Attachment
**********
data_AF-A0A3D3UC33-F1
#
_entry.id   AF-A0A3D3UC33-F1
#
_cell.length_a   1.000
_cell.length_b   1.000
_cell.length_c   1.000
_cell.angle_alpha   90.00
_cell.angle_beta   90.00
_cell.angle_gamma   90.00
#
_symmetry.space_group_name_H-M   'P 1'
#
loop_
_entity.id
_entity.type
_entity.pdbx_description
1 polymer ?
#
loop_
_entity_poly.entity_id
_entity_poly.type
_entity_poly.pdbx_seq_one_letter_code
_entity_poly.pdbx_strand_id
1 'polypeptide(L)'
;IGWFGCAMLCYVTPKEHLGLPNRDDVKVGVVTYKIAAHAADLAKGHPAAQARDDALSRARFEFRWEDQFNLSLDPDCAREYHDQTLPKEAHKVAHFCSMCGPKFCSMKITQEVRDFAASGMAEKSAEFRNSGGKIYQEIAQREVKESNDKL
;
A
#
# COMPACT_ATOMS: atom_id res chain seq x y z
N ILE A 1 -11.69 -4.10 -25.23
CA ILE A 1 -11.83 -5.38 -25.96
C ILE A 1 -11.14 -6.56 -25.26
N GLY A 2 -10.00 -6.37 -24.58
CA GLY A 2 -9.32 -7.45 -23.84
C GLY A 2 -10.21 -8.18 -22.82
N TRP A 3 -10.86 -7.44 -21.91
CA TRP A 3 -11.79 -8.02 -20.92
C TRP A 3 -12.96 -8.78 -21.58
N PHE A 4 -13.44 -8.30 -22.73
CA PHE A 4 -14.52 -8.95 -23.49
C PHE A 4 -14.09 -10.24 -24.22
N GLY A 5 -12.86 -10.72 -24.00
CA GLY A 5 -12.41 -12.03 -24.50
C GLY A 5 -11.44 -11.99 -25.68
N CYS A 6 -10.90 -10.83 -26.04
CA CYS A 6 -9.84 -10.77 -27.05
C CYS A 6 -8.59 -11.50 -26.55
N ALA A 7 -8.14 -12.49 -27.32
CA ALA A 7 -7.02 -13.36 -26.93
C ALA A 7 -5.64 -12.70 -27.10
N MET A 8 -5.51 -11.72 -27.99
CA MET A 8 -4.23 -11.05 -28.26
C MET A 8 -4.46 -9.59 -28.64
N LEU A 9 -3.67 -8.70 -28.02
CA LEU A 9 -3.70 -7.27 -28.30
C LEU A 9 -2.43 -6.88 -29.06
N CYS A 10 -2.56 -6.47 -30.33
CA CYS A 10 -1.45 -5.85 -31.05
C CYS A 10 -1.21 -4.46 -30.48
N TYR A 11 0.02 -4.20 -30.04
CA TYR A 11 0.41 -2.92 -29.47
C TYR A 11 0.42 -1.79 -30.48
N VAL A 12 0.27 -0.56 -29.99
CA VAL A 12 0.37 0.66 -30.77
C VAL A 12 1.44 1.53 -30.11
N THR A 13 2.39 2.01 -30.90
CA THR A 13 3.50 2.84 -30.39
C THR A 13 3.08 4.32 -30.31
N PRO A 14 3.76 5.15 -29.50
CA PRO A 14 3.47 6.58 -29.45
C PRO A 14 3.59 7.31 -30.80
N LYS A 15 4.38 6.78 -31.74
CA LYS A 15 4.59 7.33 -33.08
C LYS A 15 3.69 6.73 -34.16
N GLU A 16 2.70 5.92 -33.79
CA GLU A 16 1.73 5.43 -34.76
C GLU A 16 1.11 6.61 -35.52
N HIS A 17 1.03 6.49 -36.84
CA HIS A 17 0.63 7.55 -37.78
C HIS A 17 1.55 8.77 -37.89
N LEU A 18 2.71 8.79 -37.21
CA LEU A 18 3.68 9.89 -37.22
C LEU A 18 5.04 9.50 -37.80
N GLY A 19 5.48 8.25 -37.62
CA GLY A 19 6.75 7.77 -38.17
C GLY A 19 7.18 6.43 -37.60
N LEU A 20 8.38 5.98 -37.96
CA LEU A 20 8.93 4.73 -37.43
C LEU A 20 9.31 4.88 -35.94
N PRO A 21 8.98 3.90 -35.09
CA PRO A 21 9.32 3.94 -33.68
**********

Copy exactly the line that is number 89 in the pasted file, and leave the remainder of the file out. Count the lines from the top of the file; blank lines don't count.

CA LEU A 20 8.93 4.73 -37.43